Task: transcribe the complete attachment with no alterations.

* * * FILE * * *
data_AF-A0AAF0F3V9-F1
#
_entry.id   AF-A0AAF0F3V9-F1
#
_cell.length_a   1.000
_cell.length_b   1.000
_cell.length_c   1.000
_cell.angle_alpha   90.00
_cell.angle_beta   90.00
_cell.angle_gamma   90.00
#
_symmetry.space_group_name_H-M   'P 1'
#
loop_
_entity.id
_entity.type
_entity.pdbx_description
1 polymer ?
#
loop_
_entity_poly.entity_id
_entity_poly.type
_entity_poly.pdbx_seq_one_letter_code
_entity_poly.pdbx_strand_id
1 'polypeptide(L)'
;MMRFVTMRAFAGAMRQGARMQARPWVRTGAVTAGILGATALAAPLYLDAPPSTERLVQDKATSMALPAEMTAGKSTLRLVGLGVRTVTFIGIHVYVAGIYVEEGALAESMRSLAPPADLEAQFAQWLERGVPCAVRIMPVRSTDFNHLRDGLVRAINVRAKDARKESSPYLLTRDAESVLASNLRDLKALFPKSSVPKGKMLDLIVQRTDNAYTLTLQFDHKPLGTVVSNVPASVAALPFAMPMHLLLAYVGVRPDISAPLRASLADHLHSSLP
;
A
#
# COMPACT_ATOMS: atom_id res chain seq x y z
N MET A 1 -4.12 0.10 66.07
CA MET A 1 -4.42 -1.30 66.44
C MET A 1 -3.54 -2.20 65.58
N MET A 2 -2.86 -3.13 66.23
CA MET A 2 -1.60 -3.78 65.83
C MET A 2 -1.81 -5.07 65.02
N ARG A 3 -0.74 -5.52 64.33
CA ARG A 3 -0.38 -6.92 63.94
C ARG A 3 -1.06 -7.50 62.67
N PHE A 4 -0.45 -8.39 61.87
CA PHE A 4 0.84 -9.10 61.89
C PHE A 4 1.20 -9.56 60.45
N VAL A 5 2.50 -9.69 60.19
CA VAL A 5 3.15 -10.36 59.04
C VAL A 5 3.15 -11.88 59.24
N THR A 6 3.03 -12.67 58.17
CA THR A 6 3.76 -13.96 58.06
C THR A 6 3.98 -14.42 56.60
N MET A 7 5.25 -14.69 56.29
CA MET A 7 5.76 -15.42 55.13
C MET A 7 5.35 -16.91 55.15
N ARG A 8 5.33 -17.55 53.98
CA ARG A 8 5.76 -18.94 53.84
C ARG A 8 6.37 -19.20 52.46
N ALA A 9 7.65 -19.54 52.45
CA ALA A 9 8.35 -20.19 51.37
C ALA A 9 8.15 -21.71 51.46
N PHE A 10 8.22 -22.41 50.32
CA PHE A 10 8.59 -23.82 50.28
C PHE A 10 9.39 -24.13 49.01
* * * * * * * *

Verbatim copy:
data_AF-A0AAF0F3V9-F1
#
_entry.id   AF-A0AAF0F3V9-F1
#
_cell.length_a   1.000
_cell.length_b   1.000
_cell.length_c   1.000
_cell.angle_alpha   90.00
_cell.angle_beta   90.00
_cell.angle_gamma   90.00
#
_symmetry.space_group_name_H-M   'P 1'
#
loop_
_entity.id
_entity.type
_entity.pdbx_description
1 polymer ?
#
loop_
_entity_poly.entity_id
_entity_poly.type
_entity_poly.pdbx_seq_one_letter_code
_entity_poly.pdbx_strand_id
1 'polypeptide(L)'
;MMRFVTMRAFAGAMRQGARMQARPWVRTGAVTAGILGATALAAPLYLDAPPSTERLVQDKATSMALPAEMTAGKSTLRLVGLGVRTVTFIGIHVYVAGIYVEEGALAESMRSLAPPADLEAQFAQWLERGVPCAVRIMPVRSTDFNHLRDGLVRAINVRAKDARKESSPYLLTRDAESVLASNLRDLKALFPKSSVPKGKMLDLIVQRTDNAYTLTLQFDHKPLGTVVSNVPASVAALPFAMPMHLLLAYVGVRPDISAPLRASLADHLHSSLP
;
A
#
# COMPACT_ATOMS: atom_id res chain seq x y z
N MET A 1 -4.12 0.10 66.07
CA MET A 1 -4.42 -1.30 66.44
C MET A 1 -3.54 -2.20 65.58
N MET A 2 -2.86 -3.13 66.23
CA MET A 2 -1.60 -3.78 65.83
C MET A 2 -1.81 -5.07 65.02
N ARG A 3 -0.74 -5.52 64.33
CA ARG A 3 -0.38 -6.92 63.94
C ARG A 3 -1.06 -7.50 62.67
N PHE A 4 -0.45 -8.39 61.87
CA PHE A 4 0.84 -9.10 61.89
C PHE A 4 1.20 -9.56 60.45
N VAL A 5 2.50 -9.69 60.19
CA VAL A 5 3.15 -10.36 59.04
C VAL A 5 3.15 -11.88 59.24
N THR A 6 3.03 -12.67 58.17
CA THR A 6 3.76 -13.96 58.06
C THR A 6 3.98 -14.42 56.60
N MET A 7 5.25 -14.69 56.29
CA MET A 7 5.76 -15.42 55.13
C MET A 7 5.35 -16.91 55.15
N ARG A 8 5.33 -17.55 53.98
CA ARG A 8 5.76 -18.94 53.84
C ARG A 8 6.37 -19.20 52.46
N ALA A 9 7.65 -19.54 52.45
CA ALA A 9 8.35 -20.19 51.37
C ALA A 9 8.15 -21.71 51.46
N PHE A 10 8.22 -22.41 50.32
CA PHE A 10 8.59 -23.82 50.28
C PHE A 10 9.39 -24.13 49.01